x Abu Dhabi, UAESunday 21 January 2018

Coming soon: Ahmadinejad through Oliver Stone's lens?

The filmmaker's son, Sean Stone, is in Tehran, possibly plotting a film on Iran.

Sean Stone, son of Oliver, pictured this week posing on the top of Milad Tower overviewing the Iranian Tehran. He is in Iran to make arrangements for a documentary, Iranian news agencies reported yesterday. MEHDI HASANI / AFP PHOTO
Sean Stone, son of Oliver, pictured this week posing on the top of Milad Tower overviewing the Iranian Tehran. He is in Iran to make arrangements for a documentary, Iranian news agencies reported yesterday. MEHDI HASANI / AFP PHOTO

Speculation is rife among Iranian movie enthusiasts. Is Oliver Stone finally set to fulfil his long-term ambition of making a blockbuster movie about Iran's firebrand president, Mahmoud Ahmadinejad?

The controversial, triple Oscar-winning US director is due in Tehran this month and his son, Sean, was already in the Islamic republic scouting locations for a documentary, Iranian news outlets reported yesterday.

Sean Stone, 26, has been listed on the IMDB website as a documentary filmmaker and actor, having small roles in some of his father's movies.

Iranian media conceded there was no word on what the film would be about.

But clearly flattered Iranian media pointed out that the director has on several occasions shown interest in making a biopic of their flamboyantly anti-western president.

Sean Stone was to address the Iranian press yesterday at a Tehran hotel, Iranian media said, but by last night that had failed to materialise. So the project remains a mystery.

The Iranian authorities do not quite know what to make of Oliver Stone.

They are deeply mistrustful of Hollywood, which they often claim is controlled by Zionist interests, which they insist has deliberately maligned and misrepresented their country.

Iran's official media were infuriated three years ago by The Wrestler, a film starring Mickey Rourke that included a wrestler called "The Ayatollah".

In 2007, Mr Ahmadinejad's government accused Hollywood of "psychological warfare" over the portrayal of Persians in '300', a Warner Brothers box-office hit about the historically momentous battle between Greeks and Persians at Thermopylae in 480BC.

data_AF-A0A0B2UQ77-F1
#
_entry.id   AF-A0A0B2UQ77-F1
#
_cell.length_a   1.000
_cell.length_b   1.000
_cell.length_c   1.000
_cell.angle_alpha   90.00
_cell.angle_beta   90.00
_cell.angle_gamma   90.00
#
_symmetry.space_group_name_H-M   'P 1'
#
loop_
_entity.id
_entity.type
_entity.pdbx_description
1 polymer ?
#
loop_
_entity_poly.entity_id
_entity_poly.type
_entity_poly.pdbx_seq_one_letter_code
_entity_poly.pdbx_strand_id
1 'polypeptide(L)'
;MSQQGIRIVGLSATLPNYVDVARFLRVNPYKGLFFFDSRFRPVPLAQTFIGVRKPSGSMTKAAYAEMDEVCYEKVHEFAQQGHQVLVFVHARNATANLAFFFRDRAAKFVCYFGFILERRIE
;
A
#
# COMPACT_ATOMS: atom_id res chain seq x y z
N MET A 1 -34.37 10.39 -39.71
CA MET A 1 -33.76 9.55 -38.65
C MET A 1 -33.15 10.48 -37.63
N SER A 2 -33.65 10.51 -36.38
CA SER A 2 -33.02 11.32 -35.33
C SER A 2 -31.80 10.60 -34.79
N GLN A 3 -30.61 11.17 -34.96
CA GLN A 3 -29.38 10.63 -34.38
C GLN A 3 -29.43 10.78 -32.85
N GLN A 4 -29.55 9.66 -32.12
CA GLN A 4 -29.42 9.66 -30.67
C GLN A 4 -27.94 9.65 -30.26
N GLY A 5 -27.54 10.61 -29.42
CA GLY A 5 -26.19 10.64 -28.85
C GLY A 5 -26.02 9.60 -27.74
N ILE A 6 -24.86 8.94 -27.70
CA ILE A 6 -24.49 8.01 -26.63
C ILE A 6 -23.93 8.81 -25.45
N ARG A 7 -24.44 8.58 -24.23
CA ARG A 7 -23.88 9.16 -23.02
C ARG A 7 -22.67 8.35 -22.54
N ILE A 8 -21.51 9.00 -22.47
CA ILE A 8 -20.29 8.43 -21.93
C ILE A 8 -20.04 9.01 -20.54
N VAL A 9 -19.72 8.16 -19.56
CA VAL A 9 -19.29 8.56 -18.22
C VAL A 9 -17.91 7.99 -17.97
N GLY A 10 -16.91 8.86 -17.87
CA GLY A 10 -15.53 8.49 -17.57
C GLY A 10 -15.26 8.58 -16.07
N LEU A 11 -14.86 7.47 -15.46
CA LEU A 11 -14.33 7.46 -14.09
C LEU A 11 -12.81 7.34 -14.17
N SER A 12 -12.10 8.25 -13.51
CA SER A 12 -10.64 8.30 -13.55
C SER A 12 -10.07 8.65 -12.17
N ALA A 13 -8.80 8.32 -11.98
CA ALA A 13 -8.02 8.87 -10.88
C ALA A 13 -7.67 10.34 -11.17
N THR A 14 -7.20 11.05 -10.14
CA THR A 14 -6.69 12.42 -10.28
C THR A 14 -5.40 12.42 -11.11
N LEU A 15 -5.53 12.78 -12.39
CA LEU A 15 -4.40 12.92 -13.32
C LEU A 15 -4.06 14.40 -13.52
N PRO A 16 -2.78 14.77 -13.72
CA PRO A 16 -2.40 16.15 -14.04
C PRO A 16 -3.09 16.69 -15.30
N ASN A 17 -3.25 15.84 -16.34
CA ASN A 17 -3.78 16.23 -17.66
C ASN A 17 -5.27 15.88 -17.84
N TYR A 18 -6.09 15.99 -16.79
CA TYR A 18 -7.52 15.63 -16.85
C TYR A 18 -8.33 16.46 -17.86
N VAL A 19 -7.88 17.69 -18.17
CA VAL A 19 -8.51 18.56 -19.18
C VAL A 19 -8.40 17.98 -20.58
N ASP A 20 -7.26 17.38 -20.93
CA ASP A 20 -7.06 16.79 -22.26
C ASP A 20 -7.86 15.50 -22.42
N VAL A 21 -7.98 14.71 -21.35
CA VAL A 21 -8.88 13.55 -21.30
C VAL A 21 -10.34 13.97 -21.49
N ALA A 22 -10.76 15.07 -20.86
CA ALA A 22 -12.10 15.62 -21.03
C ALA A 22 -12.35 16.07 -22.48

Oliver Stone's 2004 film, Alexander, was lambasted by Tehran for its sympathetic portrayal of Alexander the Great, a figure despised by many Iranians for sacking Persepolis, Persia's ancient seat of imperial power.

Oliver Stone was also one of several Hollywood luminaries that included Steven Spielberg, Martin Scorsese and Ang Lee, who in 2010 called for the release of Jafar Panahi, a renowned Iranian filmmaker jailed for alleged anti-regime activities.

Even so, some in the Iranian government admire Oliver Stone, not least for his 2009 documentary of leftist politicians in Latin America, such as the Venezuelan president, Hugo Chavez, a valued Iranian ally.

In 2007, the camera-loving Iranian president said he had no objection in principle to Stone putting him on the silver screen. Mr Ahmadinejad, however, wanted assurances on the project's aims and script approval.

Iranian officials at the time accepted that Oliver Stone was "part of the opposition in the US", but scotched the movie plans by declaring that even the opposition was part of the "Great Satan" America.

Oliver Stone shrugged off the 2007 rebuff with a witty statement, taking a swipe at both Mr Ahmadinejad and his then US counterpart, George W Bush.

"I have been called a lot of things, but never a great satan," Oliver Stone said. "I wish the Iranian people well, and only hope their experience with an inept, rigid ideologue president goes better than ours."

In 2009, Oliver Stone was again in touch with Iranian officials about making a documentary on Mr Ahmadinejad. This time the project was reportedly scuttled by "scheduling" constraints.

The Tehran Times said yesterday that Oliver Stone and his son had been invited to Iran by a "number of Iranians film investors".

Iran's flourishing film industry, while afflicted by official censorship, has bagged several prestigious awards at international film festivals.

Several leading Hollywood luminaries who visited Iran in March 2009 were dismayed by the negative local media coverage of their attempt to build cultural bridges. Mr Ahmadinejad's arts adviser, Javad Shamghadari, demanded the group apologised to Iranians for Hollywood's "30 years of insults and slanders" if they wanted to meet leading figures in Iran's celebrated film industry.

Many ordinary Iranians, however, avidly watch Hollywood movies on pirated DVDs and on illegal satellite channels.

American movies are also shown on state television, but are censored for content considered offensive to Islam.